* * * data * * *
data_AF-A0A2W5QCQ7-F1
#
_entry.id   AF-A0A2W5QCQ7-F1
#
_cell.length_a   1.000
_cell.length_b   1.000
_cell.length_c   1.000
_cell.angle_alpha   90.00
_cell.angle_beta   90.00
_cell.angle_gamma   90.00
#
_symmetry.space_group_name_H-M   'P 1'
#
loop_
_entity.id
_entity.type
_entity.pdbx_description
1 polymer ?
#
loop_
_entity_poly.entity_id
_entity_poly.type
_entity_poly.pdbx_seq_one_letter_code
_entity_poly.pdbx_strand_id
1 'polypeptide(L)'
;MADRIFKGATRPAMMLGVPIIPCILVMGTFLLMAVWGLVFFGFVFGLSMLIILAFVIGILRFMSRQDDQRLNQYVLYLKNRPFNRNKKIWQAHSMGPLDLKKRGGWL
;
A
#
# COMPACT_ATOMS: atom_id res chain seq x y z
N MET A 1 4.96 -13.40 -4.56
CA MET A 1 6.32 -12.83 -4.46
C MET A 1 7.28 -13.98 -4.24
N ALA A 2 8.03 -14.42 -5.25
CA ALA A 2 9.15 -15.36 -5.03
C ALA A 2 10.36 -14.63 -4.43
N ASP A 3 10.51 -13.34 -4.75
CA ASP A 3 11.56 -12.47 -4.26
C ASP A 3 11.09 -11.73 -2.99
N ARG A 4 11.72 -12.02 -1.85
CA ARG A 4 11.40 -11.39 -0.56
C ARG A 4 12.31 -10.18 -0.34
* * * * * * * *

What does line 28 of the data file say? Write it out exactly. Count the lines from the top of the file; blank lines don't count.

A